I really don't like the quality after compression and I am not sure if it is me of the methods I have been attempting. I see much better work elswere.

The reason I chose Adobe Premire as a possible solution.
1.) I read it can sink two camera's footage realively easily. ( I don't have to worry about sinking a person talking or singing...It does not have to be perfect)
2.) I figured with Flash and Premire both being Adobe there would be some overlap and hopefully be able to handle all my needs.
3.) I am fairly familiar with other Adobe products.
4.) I have read that it is one of the better software for editing in general. I can use it for more than just this application.

The key points for me will be compression (because it would be about 60 mins of footage) and website deployment. Since this would be a Pay Per view type thing I want the quality to be better than what you can get from other sites. But most of all, I want a software that has support in all areas.
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Old May 10th, 2008, 11:28 PM   #8
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Guy, Premiere's multi-camera editing is one of the best in the business. For synching your cameras you can use a slate or, if that is impractical you can use the trick that I describe in this tutorial: http://paolociccone.com/blog/?p=36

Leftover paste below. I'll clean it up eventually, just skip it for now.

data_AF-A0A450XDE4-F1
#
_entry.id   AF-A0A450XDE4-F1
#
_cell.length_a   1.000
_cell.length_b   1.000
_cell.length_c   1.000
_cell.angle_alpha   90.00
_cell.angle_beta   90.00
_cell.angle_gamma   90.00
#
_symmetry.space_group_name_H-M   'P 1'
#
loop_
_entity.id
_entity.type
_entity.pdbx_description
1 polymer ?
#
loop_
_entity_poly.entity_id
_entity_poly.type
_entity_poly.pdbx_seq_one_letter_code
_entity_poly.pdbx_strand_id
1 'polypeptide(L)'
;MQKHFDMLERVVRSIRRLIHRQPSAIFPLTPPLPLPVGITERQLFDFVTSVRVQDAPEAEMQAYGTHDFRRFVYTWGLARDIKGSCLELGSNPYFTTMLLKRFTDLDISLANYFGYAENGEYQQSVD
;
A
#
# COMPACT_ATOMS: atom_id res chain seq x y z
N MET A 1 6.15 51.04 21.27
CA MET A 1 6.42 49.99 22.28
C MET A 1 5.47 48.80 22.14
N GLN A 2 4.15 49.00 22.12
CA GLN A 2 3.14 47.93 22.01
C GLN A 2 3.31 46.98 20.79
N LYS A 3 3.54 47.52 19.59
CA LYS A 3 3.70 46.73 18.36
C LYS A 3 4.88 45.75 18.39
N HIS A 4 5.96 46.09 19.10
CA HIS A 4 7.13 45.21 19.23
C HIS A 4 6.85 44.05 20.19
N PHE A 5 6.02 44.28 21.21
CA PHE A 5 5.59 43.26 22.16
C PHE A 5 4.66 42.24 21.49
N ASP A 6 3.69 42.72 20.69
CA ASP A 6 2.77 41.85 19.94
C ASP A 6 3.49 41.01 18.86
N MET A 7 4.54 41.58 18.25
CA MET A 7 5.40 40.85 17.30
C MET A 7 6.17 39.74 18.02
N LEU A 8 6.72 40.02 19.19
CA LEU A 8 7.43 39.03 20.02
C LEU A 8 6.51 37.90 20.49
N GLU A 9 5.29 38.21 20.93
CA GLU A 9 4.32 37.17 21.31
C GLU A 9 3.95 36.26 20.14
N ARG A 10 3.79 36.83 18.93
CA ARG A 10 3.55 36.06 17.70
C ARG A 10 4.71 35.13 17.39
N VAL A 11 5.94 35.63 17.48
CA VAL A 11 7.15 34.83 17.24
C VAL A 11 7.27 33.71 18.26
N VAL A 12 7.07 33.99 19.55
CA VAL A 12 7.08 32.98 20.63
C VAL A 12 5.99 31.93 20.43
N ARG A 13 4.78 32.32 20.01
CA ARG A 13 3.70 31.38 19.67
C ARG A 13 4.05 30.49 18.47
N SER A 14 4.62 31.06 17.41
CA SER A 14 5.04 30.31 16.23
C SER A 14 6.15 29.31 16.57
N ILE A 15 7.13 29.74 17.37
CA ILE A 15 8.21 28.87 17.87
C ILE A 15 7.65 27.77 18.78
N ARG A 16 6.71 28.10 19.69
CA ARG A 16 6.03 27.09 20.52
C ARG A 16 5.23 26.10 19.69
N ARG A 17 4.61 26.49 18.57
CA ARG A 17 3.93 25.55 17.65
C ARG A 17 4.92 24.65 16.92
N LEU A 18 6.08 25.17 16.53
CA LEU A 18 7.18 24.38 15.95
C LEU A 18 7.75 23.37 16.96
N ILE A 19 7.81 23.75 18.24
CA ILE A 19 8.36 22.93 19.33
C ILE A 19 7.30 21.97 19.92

When you get Premiere with Encore, encore can output the entire DVD project as a Flash program, which means that with one single project you create the DVD and the Web delivery, which is, AFAIK, the only solution in the market to do this.
Again, unless you acquire your footage in progressive scan, your best option for quality improvement is to de-interlace your footage. Then use QuickTime with H.264 for web delivery. This will require a bit of experimentation in order to get familiar with all the parameters but it does lead to excellent quality with moderate files size.
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Old May 11th, 2008, 01:45 PM   #9
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Paolo,
Thanks for the information.

However, I am not sure I understand what you are saying.
RE: Interlaced footage:
You are saying that onced it is interlaced I should then use Quick Time? with H264 (Is this the codec for compression?)

However, if the footage is already progressive I should use Encore?

Either I don't understand what you are saying or I don't understand the various footage types? I thought the interlace footage would be considered progressive and could then use Premire for the web delivery?

Please clarify.

Also, does Premire/Encore deinterlace good?